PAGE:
A Nightmare on Elm Street
“One, two, Freddy’s coming for you.”
This might have been a chilling proposition back in 1984, when Wes Craven introduced the world to that mutated, razor-fingered menace Freddy Kruger in the original Nightmare on Elm Street.
In 2010, Freddy Kruger licks his lips and rubs his knife-nails together, walking with a slight swagger in his step. He’s a melted mess of a monster.
Jackie Earle Haley provides a gaunt, chilling physique during a hurried retrospection of how Kruger came to be—his backstory and metamorphosis, a prequel’s vestige buried in this particular retread—but the actor is otherwise slathered in burnt-cheese makeup and ham.
Haley paired the same pallid image with actual depth of character and performance intuition in 2006’s Little Children, earning himself a supporting actor Oscar nomination in the process. But he earns nothing here except, I would hope, a beefy paycheck.
“Three, four, better lock your door.”
It won’t make a difference; Freddy Kruger comes for you in your sleep. There is no door to lock between the conscious and dreaming minds.
No matter. The young casualties of Kruger’s stalk-and-kill game require a little extra time to discern the logistics, long after the puzzle pieces are assembled in full before them. In the tradition of poorly-staged horror films, the ones who are dying are the ones who are dumb, and the ones who are dumb are everyone.
Freddy makes quick prey of the tussled, trembling Kris, played by Katie Cassidy, and it’s no wonder: she can’t be the sharpest knife on the glove as a high-school student pushing thirty.
“Five, six, grab your crucifix.”
You certainly won’t see any of Elm Street’s occupants clinging to their crosses. Aside from a fleeting exchange about one character’s cross-shaped necklace, religion is out of the picture.
The original Nightmare on Elm Street built a twisted horror fantasy on top of adolescent anxieties, pressures derived from carnal compulsions clashing with expectations from overseers—from parents, academics, and, indeed, God.
The new Nightmare stands on nothing, and it stands for basically nothing—just the unfortunate and unlikely resurrection of a vengeful pervert.
The retelling notches up dramatic lift by explicitly defining Freddy Kruger’s perverse origins while attempting to channel the original’s outrageous, campy use of gore and horror tropes. But to take out the fun and then try to have fun proves futile (it’s basic math, really), and the film seems to spoof itself instead.
“Seven, eight, gonna stay up late.”
Maybe if you bought a Pepsi at the snack stand, or if you took a nap in the theater. For a supposed horror movie, A Nightmare on Elm Street has few true scares.
The film opens with promise on a rain soaked diner humming in the night, but incompetence arrives in mere moments. The writers can’t seem to connect any of the characters or craft a compelling story out of the material delivered to them on a silver platter by Wes Craven.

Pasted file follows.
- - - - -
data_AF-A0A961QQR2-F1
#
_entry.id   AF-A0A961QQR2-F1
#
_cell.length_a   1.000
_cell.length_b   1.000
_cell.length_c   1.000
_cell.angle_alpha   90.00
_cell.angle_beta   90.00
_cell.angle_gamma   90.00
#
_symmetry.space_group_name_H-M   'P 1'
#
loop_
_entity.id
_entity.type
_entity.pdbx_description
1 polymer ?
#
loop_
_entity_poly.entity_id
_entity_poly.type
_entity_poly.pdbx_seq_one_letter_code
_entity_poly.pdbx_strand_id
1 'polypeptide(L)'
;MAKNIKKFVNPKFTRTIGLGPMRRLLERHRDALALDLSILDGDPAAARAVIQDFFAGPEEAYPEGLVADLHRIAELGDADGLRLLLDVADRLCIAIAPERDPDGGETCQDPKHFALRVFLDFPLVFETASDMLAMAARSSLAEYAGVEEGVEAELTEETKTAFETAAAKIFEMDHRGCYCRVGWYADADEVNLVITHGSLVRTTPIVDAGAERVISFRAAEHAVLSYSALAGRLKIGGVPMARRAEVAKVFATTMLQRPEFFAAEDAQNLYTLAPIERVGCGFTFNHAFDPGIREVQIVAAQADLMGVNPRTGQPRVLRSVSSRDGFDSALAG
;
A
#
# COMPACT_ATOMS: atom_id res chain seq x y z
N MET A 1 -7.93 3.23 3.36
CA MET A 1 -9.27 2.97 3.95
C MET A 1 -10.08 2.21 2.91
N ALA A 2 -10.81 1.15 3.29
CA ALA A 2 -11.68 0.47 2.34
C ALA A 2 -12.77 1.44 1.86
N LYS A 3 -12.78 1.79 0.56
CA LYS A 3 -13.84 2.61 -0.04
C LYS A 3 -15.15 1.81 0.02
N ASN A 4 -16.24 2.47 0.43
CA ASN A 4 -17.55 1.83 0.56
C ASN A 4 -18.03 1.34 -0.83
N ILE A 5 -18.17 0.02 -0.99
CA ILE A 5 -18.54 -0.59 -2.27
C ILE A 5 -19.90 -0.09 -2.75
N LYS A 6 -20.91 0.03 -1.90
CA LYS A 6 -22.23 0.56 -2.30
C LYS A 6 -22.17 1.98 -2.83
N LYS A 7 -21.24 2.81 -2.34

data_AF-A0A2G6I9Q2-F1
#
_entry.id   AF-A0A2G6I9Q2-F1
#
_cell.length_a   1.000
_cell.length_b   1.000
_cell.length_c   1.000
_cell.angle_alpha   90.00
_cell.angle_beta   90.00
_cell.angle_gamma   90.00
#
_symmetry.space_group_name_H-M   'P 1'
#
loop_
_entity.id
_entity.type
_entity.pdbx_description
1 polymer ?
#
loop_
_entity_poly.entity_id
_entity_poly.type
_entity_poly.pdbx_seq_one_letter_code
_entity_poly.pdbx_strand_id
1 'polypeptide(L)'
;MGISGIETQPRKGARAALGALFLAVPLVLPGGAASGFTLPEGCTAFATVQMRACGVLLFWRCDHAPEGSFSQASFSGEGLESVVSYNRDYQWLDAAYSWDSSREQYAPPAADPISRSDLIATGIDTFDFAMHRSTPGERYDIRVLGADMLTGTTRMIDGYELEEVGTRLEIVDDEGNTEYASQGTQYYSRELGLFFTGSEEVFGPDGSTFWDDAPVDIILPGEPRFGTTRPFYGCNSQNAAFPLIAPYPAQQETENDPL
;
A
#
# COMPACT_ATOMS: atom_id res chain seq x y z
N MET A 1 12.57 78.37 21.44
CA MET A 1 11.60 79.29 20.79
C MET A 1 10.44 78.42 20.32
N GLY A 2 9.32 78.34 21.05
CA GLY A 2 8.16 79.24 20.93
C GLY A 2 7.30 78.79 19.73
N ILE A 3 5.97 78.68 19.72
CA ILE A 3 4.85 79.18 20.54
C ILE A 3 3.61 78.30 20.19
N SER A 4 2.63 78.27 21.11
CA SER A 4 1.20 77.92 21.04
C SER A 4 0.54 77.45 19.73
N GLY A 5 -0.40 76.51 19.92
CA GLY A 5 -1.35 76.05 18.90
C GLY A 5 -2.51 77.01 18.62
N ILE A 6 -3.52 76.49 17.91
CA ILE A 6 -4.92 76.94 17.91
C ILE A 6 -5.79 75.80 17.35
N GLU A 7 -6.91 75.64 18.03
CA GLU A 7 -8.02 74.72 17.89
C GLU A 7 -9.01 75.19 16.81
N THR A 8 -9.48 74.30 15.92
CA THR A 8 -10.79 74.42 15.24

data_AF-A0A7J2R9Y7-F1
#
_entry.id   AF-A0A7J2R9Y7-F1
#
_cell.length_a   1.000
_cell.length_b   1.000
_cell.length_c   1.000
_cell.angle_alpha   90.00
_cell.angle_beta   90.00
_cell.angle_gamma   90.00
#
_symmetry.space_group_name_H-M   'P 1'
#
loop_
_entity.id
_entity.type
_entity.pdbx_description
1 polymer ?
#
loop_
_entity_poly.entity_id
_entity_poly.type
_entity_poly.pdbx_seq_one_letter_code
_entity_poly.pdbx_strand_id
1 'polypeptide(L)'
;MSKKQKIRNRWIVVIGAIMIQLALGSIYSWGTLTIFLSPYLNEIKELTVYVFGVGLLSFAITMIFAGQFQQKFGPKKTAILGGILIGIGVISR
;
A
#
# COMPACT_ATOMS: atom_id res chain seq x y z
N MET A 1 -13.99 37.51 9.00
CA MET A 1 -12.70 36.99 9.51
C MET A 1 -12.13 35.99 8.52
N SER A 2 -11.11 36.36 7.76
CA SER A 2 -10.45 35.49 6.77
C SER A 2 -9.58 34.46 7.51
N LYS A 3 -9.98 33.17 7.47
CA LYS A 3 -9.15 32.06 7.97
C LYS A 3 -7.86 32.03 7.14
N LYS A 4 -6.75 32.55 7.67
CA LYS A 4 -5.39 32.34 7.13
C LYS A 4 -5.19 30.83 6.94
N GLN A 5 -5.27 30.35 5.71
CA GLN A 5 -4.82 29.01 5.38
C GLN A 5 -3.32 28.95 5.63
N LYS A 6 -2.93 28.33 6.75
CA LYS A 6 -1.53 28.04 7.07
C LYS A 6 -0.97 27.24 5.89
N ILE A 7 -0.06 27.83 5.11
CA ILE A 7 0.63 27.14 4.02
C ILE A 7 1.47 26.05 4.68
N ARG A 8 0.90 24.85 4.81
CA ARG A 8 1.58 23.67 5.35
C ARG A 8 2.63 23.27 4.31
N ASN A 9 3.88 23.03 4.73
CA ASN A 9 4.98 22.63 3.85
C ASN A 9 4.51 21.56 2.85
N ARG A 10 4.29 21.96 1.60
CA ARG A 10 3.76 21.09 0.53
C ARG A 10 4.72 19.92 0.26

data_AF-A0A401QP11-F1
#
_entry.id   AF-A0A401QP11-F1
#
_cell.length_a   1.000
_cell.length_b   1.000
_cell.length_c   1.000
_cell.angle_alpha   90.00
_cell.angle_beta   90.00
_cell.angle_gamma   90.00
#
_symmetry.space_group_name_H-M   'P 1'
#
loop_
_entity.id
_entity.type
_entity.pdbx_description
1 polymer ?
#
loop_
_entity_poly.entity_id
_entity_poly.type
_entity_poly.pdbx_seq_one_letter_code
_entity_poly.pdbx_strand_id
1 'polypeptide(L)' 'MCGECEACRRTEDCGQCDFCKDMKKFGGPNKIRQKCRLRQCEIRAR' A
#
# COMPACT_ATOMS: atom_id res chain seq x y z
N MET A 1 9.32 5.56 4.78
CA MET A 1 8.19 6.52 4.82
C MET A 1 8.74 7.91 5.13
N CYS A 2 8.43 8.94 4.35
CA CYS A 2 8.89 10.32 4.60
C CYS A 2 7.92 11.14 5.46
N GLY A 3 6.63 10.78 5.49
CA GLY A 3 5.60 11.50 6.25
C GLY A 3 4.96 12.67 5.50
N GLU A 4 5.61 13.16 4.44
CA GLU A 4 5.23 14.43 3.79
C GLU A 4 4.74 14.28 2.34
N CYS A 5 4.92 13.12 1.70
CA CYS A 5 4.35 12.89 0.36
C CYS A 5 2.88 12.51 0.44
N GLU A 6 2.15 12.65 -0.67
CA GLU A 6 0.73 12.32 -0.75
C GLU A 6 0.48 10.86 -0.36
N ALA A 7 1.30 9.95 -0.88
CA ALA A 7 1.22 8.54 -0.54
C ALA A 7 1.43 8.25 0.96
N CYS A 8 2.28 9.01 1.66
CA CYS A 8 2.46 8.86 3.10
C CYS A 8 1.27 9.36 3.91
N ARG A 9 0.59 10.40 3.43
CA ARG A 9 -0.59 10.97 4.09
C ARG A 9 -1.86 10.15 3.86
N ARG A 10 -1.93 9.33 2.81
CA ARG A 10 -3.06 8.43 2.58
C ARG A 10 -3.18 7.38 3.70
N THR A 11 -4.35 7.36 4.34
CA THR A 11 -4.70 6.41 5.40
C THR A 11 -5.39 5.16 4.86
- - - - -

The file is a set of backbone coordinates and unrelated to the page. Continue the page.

Director Samuel Bayer aims his focus at the wrong places, and awkward, hasty edits regularly disrupt accumulation of suspense.
The experience improves, thanks in some part to the reserve and resolve of Rooney Mara as Freddy’s number-one target Nancy, but the attempts at terror grow thin and woefully predictable: the slow approach of an innocent, the swell of music, the face-framing close-up, silence, a turn, and boo!
Fear should not be a cookie recipe; Elm Street builds only tension at best.
“Nine, ten, never sleep again.”
I’m already nodding off.
If anything in this movie will keep you up at night, it’s Freddy Kruger’s tasteless taunting of his impending victims, recalling them as children and expressing arousal before slashing through their skin.
This comes on the heels of a massive, botched opportunity.
The newly minted backstory ascribed to the Elm Street tale evokes the daycare sex abuse hysteria that swept the nation during the eighties and nineties. Preschoolers described forced participation in sadistic, ritualistic abuse, and caretakers, some undoubtedly innocent, were unlawfully thrown in jail. Further studies showed major flaws in the testimony of these children, easily persuaded by suggestion or imagination, and many of the convictions were later overturned.
For a moment, Elm Street appears to be heading in this direction, rife with the promise of substantial intrigue, but it sticks with Freddy’s despicable flirtations instead—and as a means of levity, no less.
Since when was child abuse so funny?
With that, I’ll just add one extra line to Elm Street’s little “Buckle My Shoe” rhyming rendition:
“Eleven, twelve, this project should have been shelved.”
Directed by Samuel Bayer. Written by Wesley Strick and Eric Heisserer, based on the characters created by Wes Craven.
Rated R for strong bloody horror violence, disturbing images, terror and language.
Runtime is 1 hour, 35 minutes.